• A comparison of PAC versus NADAC for one state Medicaid across 37,541 NDC’s indicated that using PAC to set appropriate MACs would save an additional $4,000,000 per year. However, when accounting for all NDC’s, including those for which no NADAC value is available, PAC would enable the state Medicaid to realize an additional $40,000,000 in savings.  This is because a PAC value is available for an additional 10,625 NDCs, including brand, specialty, and physician-administered drugs. With such significant savings, this state Medicaid would provide a fill fee to its pharmacy network of nearly $10 per script.
  • For a regional retail chain with more than 400 pharmacy locations maintaining a “loss file,” which identifies claims reimbursed below acquisition cost, analysis using PAC indicated that for 21 percent of the claims the payer did not reimburse the pharmacy chain sufficiently and for 22 percent of the claims, the retail chain purchased the drug at a higher than optimal price in the market.
  • For another state Medicaid that utilizes a lesser-of logic involving (AMP)-based Federal Upper Limit (FUL), PAC analysis determined that for approximately one third of drugs, the pharmacy would be reimbursed a rate less than what it paid to acquire the drug. An analysis of the overall SMAC for this state identified sufficient opportunities for price reduction to eliminate the use of the FUL in lesser-of logic and thereby move to eliminate situations where the pharmacy is under-water when filling a script.
  • Working with pharmacy chains to calculate a more stable Generic Effective Rate (GER) based on PAC, as opposed to AWP, resulting data was used to demonstrate under-reimbursement when requesting payment adjustments and to make tough decisions about whether claims will be filled for specific cases.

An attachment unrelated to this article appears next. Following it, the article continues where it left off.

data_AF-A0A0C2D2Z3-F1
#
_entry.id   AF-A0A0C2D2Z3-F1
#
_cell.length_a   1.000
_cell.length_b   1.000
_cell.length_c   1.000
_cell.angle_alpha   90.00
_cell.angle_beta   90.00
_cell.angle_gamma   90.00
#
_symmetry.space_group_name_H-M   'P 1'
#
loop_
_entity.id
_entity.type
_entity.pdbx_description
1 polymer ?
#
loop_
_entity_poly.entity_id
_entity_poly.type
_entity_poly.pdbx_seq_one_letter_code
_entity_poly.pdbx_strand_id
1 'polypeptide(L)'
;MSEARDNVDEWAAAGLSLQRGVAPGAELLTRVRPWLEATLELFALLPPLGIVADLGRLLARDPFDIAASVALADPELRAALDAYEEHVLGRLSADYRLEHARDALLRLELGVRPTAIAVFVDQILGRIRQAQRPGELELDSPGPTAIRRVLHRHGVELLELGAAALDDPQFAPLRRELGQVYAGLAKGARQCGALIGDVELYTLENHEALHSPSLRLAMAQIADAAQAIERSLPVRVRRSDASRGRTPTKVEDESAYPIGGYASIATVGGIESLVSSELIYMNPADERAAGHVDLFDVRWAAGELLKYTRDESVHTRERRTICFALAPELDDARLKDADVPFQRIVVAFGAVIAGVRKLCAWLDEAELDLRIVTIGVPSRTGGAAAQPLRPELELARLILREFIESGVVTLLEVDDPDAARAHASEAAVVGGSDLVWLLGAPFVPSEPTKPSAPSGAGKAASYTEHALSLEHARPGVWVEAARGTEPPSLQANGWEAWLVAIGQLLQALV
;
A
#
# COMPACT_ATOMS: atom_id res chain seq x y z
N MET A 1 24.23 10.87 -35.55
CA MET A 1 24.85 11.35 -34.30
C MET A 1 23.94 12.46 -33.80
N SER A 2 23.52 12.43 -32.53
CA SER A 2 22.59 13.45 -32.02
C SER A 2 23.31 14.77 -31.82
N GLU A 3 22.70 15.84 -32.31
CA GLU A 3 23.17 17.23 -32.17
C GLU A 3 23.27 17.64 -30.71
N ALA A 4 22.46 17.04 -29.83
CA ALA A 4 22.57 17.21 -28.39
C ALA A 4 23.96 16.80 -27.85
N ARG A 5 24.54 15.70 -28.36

As stated previously, a comprehensive and objective study is required to assess the accuracy of drug price benchmarks in tracking drug acquisition costs and to measure the impact that broad use of such a benchmark would have throughout the drug supply chain. For now, it is for stakeholders to judge which benchmark or price type best serves the needs of their organizations. Going by these few examples, we can at least safely say that it is worth the time and effort to review and carefully consider the options.

The Affordable Care Act (ACA) represents one of the most dramatic changes in the government’s involvement in healthcare. It affects, and will continue to affect, nearly every aspect of the way that healthcare in the United States is delivered, consumed, and paid for. Although the law is complex, its goal is a simple one: to ensure that everyone receives as high quality healthcare as possible at an affordable cost.

The act was spurred on by the increasing number of people without health insurance. In 2009, a year before the law passed, 50.7 million non-elderly people in the United States did not have health insurance, up from 46.3 million in 2008, according to the U.S. Census Bureau. The bureau reports that almost 80 percent of those without insurance lived in families headed by someone fully employed. Some 18.1 percent of full-time employees and 28.7 percent of part-time employees between the ages of 18 and 64 were without insurance for all of 2009.

We will examine the impact of each provision that affects healthcare payers, or health plan sponsors, individually beginning with Health Insurance Exchanges. The following is a brief summary of the law’s major requirements, along with a timeline when each has gone into effect, or is scheduled to be put into effect. Here we can review the individual mandate that requires most U.S. citizens and legal residents to have health insurance, what the government will be subsidizing and what’s required of companies with 50 or more full-time employees. We will also review Medicaid expansion, changes to Medicare, the establishment of medical loss rations, and the minimum requirements for coverage.